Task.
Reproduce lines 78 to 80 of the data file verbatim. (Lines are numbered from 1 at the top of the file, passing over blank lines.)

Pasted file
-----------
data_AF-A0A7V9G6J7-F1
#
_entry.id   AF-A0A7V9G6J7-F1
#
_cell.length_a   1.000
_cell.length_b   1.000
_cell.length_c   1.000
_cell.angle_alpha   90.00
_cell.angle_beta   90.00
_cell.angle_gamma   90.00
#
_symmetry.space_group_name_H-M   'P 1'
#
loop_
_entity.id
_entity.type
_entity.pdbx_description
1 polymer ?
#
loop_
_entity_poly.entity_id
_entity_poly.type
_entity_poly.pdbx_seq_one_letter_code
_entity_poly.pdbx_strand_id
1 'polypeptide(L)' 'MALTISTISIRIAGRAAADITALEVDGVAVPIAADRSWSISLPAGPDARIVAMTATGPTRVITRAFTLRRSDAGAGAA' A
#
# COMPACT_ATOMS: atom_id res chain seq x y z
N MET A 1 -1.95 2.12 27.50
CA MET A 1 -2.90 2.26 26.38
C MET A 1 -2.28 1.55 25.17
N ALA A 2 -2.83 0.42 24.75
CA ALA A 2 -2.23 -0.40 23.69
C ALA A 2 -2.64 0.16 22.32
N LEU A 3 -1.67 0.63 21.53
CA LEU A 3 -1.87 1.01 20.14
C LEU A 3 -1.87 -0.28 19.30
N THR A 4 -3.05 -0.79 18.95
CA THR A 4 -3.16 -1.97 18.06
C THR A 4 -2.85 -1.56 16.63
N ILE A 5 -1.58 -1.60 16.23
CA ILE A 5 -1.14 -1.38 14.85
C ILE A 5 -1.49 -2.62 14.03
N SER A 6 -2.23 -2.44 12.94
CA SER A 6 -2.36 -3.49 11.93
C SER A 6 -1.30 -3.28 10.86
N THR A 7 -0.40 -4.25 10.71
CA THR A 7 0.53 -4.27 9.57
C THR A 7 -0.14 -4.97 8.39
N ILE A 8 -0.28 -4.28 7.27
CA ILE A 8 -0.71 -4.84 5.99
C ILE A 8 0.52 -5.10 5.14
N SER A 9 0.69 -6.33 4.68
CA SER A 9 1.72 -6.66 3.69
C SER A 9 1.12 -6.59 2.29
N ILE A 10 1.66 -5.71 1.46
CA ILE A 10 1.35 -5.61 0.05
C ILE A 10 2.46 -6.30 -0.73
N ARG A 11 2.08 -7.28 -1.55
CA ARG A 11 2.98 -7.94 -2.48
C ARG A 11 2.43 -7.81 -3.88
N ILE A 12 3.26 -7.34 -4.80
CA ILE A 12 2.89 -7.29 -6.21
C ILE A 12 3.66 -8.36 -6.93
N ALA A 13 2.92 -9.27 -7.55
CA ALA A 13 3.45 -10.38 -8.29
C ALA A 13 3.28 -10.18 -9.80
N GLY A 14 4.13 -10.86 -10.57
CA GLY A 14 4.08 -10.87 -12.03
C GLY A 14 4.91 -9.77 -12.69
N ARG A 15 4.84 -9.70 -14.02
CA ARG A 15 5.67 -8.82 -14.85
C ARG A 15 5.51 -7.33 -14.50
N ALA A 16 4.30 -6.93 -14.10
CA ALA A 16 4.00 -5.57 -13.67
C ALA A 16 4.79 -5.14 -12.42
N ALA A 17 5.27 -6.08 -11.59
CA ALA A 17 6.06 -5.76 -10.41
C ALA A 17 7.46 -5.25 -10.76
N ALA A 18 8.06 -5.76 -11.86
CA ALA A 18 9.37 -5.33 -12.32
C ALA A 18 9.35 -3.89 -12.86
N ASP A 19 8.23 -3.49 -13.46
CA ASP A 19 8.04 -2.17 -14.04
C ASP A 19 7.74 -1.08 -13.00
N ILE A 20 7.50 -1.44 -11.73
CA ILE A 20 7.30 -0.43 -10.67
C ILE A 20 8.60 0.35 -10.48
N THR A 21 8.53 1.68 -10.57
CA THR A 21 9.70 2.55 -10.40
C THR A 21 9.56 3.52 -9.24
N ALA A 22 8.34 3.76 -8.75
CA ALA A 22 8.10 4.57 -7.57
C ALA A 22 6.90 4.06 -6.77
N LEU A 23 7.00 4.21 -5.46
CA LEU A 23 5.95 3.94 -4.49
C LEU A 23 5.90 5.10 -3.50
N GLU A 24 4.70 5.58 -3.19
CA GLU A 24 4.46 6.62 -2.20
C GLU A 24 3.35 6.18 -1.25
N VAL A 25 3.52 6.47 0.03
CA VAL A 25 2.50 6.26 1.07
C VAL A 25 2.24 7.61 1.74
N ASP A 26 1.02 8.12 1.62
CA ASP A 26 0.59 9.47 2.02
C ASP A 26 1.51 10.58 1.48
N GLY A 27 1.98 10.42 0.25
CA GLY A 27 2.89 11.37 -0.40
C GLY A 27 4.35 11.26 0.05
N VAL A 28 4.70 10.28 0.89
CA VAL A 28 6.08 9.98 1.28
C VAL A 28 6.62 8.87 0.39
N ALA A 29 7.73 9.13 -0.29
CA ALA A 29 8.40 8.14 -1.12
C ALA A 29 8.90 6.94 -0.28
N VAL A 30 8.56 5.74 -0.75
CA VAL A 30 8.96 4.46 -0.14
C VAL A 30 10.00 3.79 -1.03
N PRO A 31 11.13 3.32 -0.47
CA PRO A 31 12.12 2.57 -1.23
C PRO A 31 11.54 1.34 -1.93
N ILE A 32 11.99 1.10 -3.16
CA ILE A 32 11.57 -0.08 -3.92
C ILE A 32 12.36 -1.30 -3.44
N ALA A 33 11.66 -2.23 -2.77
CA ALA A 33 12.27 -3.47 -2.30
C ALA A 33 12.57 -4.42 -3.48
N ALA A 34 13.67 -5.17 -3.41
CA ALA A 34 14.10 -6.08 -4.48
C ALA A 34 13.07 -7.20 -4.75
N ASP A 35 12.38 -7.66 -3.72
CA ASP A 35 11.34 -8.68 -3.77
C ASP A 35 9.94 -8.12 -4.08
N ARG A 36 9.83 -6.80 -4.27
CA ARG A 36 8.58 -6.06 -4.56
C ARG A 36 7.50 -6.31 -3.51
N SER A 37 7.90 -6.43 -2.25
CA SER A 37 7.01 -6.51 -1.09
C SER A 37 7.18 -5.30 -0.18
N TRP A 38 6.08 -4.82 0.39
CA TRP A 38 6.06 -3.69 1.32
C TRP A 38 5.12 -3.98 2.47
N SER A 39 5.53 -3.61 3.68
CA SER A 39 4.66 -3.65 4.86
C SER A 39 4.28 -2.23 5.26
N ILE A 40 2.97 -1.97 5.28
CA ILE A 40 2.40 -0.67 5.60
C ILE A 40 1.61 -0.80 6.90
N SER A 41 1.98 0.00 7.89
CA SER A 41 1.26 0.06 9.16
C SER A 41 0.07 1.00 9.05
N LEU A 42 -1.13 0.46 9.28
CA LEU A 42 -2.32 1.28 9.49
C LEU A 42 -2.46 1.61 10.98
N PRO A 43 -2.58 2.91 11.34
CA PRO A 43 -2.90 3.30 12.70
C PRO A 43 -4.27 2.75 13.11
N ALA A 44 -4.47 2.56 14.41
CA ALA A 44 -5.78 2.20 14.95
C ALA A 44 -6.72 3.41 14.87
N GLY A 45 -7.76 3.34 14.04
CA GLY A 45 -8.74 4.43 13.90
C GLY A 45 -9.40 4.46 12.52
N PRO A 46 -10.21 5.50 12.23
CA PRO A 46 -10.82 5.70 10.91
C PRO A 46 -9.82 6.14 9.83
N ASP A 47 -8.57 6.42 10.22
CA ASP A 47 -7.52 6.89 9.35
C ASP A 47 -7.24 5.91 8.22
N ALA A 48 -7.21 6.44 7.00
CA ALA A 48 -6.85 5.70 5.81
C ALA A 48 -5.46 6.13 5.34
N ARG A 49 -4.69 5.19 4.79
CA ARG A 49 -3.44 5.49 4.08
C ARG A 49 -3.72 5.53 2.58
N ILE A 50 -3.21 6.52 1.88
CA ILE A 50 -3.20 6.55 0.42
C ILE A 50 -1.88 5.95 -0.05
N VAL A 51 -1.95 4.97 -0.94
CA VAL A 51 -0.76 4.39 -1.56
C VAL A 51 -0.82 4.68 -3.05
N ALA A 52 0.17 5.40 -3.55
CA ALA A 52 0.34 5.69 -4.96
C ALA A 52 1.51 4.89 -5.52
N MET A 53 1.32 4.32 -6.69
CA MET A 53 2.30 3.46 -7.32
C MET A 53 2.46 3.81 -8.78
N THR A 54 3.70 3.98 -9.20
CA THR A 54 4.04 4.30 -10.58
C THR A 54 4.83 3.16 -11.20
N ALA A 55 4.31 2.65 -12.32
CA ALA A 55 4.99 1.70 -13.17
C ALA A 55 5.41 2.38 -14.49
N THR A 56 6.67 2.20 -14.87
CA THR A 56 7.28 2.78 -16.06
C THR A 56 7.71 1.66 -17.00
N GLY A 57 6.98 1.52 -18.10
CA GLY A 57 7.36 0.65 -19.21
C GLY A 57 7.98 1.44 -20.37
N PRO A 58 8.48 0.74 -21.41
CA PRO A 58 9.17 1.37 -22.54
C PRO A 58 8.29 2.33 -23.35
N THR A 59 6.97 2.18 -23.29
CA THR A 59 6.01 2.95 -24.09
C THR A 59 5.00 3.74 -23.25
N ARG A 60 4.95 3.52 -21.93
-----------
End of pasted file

C ALA A 17 7.46 -5.25 -10.76
N ALA A 18 8.06 -5.76 -11.86
CA ALA A 18 9.37 -5.33 -12.32